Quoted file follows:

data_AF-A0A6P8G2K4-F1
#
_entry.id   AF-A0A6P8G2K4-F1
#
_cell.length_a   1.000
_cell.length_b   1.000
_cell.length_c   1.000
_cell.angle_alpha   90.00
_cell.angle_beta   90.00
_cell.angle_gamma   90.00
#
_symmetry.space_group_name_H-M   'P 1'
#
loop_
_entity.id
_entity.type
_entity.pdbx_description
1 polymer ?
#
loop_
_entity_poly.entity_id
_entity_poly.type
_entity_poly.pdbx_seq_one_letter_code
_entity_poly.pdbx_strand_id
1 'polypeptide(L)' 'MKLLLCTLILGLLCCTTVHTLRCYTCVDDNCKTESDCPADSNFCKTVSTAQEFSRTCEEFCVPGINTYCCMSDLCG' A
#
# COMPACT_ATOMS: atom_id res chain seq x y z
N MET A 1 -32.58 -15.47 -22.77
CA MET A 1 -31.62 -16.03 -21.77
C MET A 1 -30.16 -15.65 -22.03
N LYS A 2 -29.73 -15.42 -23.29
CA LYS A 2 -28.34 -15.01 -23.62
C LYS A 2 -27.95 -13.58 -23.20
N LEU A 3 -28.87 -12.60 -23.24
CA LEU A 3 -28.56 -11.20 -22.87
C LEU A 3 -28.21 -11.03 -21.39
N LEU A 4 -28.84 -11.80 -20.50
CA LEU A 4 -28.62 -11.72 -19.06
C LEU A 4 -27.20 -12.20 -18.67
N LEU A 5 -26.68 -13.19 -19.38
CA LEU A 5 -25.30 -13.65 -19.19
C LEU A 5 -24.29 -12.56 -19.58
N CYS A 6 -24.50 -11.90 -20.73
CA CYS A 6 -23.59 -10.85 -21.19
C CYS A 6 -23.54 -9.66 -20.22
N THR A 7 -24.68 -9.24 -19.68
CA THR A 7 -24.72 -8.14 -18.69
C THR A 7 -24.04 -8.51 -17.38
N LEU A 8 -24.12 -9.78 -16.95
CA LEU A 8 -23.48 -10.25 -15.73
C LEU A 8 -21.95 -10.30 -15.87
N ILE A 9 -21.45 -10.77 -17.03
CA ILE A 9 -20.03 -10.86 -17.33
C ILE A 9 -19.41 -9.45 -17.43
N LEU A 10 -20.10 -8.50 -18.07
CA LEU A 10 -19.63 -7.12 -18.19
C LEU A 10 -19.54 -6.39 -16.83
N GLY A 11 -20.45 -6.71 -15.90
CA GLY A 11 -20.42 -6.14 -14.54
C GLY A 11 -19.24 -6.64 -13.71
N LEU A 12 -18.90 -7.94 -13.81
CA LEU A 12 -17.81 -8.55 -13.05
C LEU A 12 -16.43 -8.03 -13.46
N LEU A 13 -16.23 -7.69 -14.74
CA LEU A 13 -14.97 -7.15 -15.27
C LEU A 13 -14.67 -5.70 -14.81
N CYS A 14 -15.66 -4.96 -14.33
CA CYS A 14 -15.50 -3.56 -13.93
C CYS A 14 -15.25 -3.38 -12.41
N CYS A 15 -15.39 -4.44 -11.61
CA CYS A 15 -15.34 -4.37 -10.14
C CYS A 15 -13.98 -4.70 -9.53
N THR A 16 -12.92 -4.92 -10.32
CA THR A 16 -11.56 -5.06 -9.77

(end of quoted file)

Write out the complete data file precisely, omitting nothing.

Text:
data_AF-A0A6P8G2K4-F1
#
_entry.id   AF-A0A6P8G2K4-F1
#
_cell.length_a   1.000
_cell.length_b   1.000
_cell.length_c   1.000
_cell.angle_alpha   90.00
_cell.angle_beta   90.00
_cell.angle_gamma   90.00
#
_symmetry.space_group_name_H-M   'P 1'
#
loop_
_entity.id
_entity.type
_entity.pdbx_description
1 polymer ?
#
loop_
_entity_poly.entity_id
_entity_poly.type
_entity_poly.pdbx_seq_one_letter_code
_entity_poly.pdbx_strand_id
1 'polypeptide(L)' 'MKLLLCTLILGLLCCTTVHTLRCYTCVDDNCKTESDCPADSNFCKTVSTAQEFSRTCEEFCVPGINTYCCMSDLCG' A
#
# COMPACT_ATOMS: atom_id res chain seq x y z
N MET A 1 -32.58 -15.47 -22.77
CA MET A 1 -31.62 -16.03 -21.77
C MET A 1 -30.16 -15.65 -22.03
N LYS A 2 -29.73 -15.42 -23.29
CA LYS A 2 -28.34 -15.01 -23.62
C LYS A 2 -27.95 -13.58 -23.20
N LEU A 3 -28.87 -12.60 -23.24
CA LEU A 3 -28.56 -11.20 -22.87
C LEU A 3 -28.21 -11.03 -21.39
N LEU A 4 -28.84 -11.80 -20.50
CA LEU A 4 -28.62 -11.72 -19.06
C LEU A 4 -27.20 -12.20 -18.67
N LEU A 5 -26.68 -13.19 -19.38
CA LEU A 5 -25.30 -13.65 -19.19
C LEU A 5 -24.29 -12.56 -19.58
N CYS A 6 -24.50 -11.90 -20.73
CA CYS A 6 -23.59 -10.85 -21.19
C CYS A 6 -23.54 -9.66 -20.22
N THR A 7 -24.68 -9.24 -19.68
CA THR A 7 -24.72 -8.14 -18.69
C THR A 7 -24.04 -8.51 -17.38
N LEU A 8 -24.12 -9.78 -16.95
CA LEU A 8 -23.48 -10.25 -15.73
C LEU A 8 -21.95 -10.30 -15.87
N ILE A 9 -21.45 -10.77 -17.03
CA ILE A 9 -20.03 -10.86 -17.33
C ILE A 9 -19.41 -9.45 -17.43
N LEU A 10 -20.10 -8.50 -18.07
CA LEU A 10 -19.63 -7.12 -18.19
C LEU A 10 -19.54 -6.39 -16.83
N GLY A 11 -20.45 -6.71 -15.90
CA GLY A 11 -20.42 -6.14 -14.54
C GLY A 11 -19.24 -6.64 -13.71
N LEU A 12 -18.90 -7.94 -13.81
CA LEU A 12 -17.81 -8.55 -13.05
C LEU A 12 -16.43 -8.03 -13.46
N LEU A 13 -16.23 -7.69 -14.74
CA LEU A 13 -14.97 -7.15 -15.27
C LEU A 13 -14.67 -5.70 -14.81
N CYS A 14 -15.66 -4.96 -14.33
CA CYS A 14 -15.50 -3.56 -13.93
C CYS A 14 -15.25 -3.38 -12.41
N CYS A 15 -15.39 -4.44 -11.61
CA CYS A 15 -15.34 -4.37 -10.14
C CYS A 15 -13.98 -4.70 -9.53
N THR A 16 -12.92 -4.92 -10.32
CA THR A 16 -11.56 -5.06 -9.77